Cookbook | Recipes | Ingredients | Basic foodstuffs | Meat and poultry
Beef is meat obtained from a bull, steer (castrated bull), or cow. Beef is one of the more common meats used in European and North American cuisine. Beef is an important part of Tex-Mex cuisine. Beef is also important in Argentina.
Beef is considered a red meat. Fat can be distributed outside the beef cuts, as well as within the muscle. Intramuscular fat distribution is called marbling, and it yields more tender beef after cooking.
The USDA beef rating system encourages beef with high amounts of intramuscular fat by giving high scores to highly-marbled beef. From least marbled to most marbled, the grades are: standard, select, choice, and prime. For example, the lean part of a 3 oz roasted eye of round with ¼ inch trim will have 3 g of fat if it is USDA Select, but 5 g of fat if it is USDA Choice. Subdivisions have recently been added; a "-" indicates a cut with less marbling while a "+" indicates more marbling. The letter grades refer to age of the animal, with "A" being for the youngest animals.
There are two primary beef production methods. In some parts of the world (e.g. Australia and South America), the beef cattle self-feed on grass and weeds while roaming around. This produces beef with the fat deposits on the outsides of the beef cuts where they can be removed before cooking.
In the USA and some other countries, 'feedlot' beef is much more common. These animals are confined to a small stockyard and fed primarily on grain. Feedlot animals produce beef which is tender, mild flavored, and marbled with large amounts of fat.
There is a special kind of beef produced in Japan called Kobe beef, which goes a step beyond feedlot production. Beef cattle of the Wagyu breed are hand-raised, fed on a diet of beer and the "highest" quality grain, and given regular massages. This produces super-tender beef. Kobe beef sells at a premium price because of the higher costs of feed and production. The meat has lots of fat, containing more unsaturated fat than most beef.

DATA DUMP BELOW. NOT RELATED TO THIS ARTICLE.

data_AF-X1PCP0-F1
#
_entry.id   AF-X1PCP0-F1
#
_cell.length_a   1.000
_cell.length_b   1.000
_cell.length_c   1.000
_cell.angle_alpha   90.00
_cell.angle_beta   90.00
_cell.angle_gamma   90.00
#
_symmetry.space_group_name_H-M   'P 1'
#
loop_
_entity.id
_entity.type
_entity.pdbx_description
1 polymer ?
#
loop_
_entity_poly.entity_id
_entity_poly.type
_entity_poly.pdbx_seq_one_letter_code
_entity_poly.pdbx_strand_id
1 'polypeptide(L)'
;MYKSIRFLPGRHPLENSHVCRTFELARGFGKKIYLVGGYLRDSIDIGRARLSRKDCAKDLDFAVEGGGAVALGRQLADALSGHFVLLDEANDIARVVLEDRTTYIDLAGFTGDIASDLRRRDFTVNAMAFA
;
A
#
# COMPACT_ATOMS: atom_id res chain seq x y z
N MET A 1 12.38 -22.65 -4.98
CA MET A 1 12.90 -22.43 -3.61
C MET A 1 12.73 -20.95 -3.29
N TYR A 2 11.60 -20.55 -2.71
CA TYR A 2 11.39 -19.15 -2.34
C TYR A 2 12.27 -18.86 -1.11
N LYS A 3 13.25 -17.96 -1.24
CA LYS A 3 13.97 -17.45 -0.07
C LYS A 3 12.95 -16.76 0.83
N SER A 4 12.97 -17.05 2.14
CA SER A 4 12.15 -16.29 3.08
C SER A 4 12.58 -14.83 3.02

Cuts of BeefEdit
Beef is carved into several sections, called cuts, which can be further divided into steaks, pot roasts, short ribs, and ground into hamburger. Beef heart is somewhat springy. Other beef variety meats include the tongue, tripe from the stomach, various glands—particularly the pancreas and thyroid—referred to as sweetbreads, the brain, the liver, the kidneys, and the tender testicles of the bull commonly known as "calf fries", "prairie oysters", or "Rocky Mountain oysters."
In the United States, beef is divided into large "primal" cuts, which are then subdivided into smaller cuts.
Brisket is a tough cut from the chest of the animal. It is fatty and flavorful, and it is best suited for long slow cooking.
Chuck is derived from the shoulder. It is somewhat fatty and tough. Some smaller cuts from the chuck are flat-iron steak, stew meat, chuck roast, chuck short ribs, and top blade steaks. It is also often used for ground beef.
Flank cuts are tough with a low fat content. It is suitable for braising. Cuts from the flank include flank steak and london broil. It is often recommended to cut flank across the grain to avoid excess chewiness.
The loin is a very tender cut of beef near the rear of the animal. The short loin is the most tender, and yields smaller cuts including tenderloin, filet mignon, strip steak and roast, T-bone steak, and porterhouse steak. The sirloin is slightly less tender than the loin and yields sirloin steak, tri-tip, ball tip, and sirloin flap, among others.
The plate comes from the abdomen. Its smaller cuts include skirt steak and short ribs.
Rib cuts are generally tender cuts from the middle of the animal, which often feature marbling. They include short ribs, rib-eye steak, rib-eye roast, cowboy steak, and back ribs.
The round is generally lean, tough, and inexpensive. It yields various roasts and some round steaks.
The shank comes from the leg of the animal. It is very tough and requires slow cooking.
Several Asian and European nationalities include the blood in their cuisine -- the British use it to make "black pudding", and Filipinos use it to make a stew called dinuguan. Other beef foods include the tongue, which is usually sliced for sandwiches; tripe from the stomach; the thymus glands of calves known as sweetbread; the tender testicles of the bull, commonly known as beef balls; the brain, used in the fried brain sandwich; the liver, used in liver and onions; and so on.